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Research question and hypothesis

The purpose of the study is exploring the application of RFID in managing warehouse logistics. The qualitative study combines a literature review and survey to warehouse managers to identify the application of RFID in the warehouse, challenges of implementing, lessons learnt from literature, and benefits of implementing RFID in managing warehouse logistics.  The study questions include: what capabilities do RFID brings to warehouse management? What processes are affected by the implementation of RFID? What strategies can be used to overcome challenges encountered in the implementation of RFID?

Most organizations are replacing traditional and conventional systems with new, sophisticated techniques such as the JIT, introduction of automation and control systems, and adoption of item identification techniques such as the RFID, (Creswell, 2014). These new systems have been designed to improve the returns on investments, optimize inventory levels, and reduce the general warehousing costs. Regardless of the benefits these systems and technologies bring to warehouse management, small and middle-sized organizations are slow to implement them in warehouse management.  Identifying challenges that organizations encounter in implementing RFID in warehouse logistics and strategies that can be used to overcome these challenges will inform managers to adopt the technology at wider scale.  In addition, the study will provide best practices and lessons learnt from organizations that have implemented the technology.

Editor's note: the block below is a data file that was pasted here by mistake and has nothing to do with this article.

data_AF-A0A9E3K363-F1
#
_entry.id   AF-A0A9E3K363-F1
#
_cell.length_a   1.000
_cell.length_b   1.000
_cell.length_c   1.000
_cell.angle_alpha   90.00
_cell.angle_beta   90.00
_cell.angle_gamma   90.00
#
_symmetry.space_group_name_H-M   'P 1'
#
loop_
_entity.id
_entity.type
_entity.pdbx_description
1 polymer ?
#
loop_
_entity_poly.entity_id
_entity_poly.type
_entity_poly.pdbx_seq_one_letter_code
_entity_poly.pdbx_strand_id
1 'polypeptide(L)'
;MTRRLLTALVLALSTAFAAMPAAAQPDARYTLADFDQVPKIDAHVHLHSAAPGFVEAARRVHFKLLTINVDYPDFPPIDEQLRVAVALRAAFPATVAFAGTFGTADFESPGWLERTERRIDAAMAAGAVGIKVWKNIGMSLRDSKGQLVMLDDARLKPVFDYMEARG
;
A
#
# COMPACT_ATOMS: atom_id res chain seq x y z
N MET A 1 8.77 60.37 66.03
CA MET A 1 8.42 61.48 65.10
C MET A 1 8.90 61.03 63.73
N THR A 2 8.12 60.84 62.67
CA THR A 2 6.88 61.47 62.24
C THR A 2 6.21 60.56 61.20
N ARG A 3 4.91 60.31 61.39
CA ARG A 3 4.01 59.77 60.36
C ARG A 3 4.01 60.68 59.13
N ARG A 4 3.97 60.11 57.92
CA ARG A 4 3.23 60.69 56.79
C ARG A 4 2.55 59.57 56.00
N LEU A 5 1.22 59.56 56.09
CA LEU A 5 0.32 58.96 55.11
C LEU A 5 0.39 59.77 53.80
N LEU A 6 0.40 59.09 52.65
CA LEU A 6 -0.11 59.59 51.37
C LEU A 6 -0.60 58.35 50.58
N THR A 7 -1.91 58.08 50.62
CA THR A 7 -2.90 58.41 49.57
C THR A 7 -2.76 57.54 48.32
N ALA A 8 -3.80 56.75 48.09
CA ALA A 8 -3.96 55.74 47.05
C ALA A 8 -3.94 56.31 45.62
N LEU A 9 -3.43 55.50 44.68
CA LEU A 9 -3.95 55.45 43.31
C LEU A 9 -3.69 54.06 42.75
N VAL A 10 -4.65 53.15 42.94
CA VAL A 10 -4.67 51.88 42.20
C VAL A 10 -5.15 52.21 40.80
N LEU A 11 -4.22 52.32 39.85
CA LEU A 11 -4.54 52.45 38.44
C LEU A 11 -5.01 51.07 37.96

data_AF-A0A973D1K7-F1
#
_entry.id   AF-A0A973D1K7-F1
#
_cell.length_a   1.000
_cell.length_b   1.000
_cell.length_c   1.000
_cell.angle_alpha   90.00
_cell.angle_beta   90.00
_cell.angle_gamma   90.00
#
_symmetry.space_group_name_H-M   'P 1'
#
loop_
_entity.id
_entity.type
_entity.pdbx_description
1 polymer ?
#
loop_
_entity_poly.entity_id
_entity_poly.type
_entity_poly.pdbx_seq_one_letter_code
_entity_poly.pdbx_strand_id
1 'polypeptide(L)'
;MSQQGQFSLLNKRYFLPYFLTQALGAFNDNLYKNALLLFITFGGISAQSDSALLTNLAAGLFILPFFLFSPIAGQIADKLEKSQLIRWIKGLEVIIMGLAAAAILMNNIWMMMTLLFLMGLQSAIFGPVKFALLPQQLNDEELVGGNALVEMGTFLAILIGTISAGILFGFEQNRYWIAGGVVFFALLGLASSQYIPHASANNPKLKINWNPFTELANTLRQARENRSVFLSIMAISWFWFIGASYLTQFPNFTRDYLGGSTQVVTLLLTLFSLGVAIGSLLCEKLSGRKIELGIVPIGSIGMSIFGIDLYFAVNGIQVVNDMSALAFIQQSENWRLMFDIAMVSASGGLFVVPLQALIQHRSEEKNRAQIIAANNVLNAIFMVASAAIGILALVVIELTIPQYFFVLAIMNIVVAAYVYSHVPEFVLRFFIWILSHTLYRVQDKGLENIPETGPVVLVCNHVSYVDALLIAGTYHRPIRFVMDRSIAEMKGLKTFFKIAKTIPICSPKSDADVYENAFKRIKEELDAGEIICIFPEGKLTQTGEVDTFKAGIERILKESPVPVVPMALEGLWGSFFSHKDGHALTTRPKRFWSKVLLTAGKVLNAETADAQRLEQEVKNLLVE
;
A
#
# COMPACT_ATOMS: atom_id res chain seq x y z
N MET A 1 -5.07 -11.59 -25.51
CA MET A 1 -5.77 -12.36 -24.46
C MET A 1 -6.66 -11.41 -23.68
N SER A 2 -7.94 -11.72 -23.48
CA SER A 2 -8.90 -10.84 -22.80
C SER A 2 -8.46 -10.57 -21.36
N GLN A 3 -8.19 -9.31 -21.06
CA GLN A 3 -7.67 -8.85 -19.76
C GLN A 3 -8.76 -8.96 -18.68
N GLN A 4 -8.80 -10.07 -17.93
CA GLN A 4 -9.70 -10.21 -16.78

The study will incorporate mixed methodology including a qualitative survey and literature review.  The qualitative survey will be conducted among managers of warehouses that have integrated RFID in their operations. The study uses qualitative research to allow flexibility in gathering data and interpreting them within the framed hypothesis. Qualitative researchers often work with samples of people nested in the context and studied in depth, unlike quantitative studies that focus on the large number of cases that seeks statistical significance. According to Zikmund (2000), the aim of qualitative studies is gaining greater understanding of a phenomenon rather than generalizing results.  Qualitative studies produce subjective data that answer the why, how, what and what questions.  They are also used to gain insights into experiences, attitudes, behaviors and culture of participants. This will help in understanding the experience and opinion of managers in RFID application.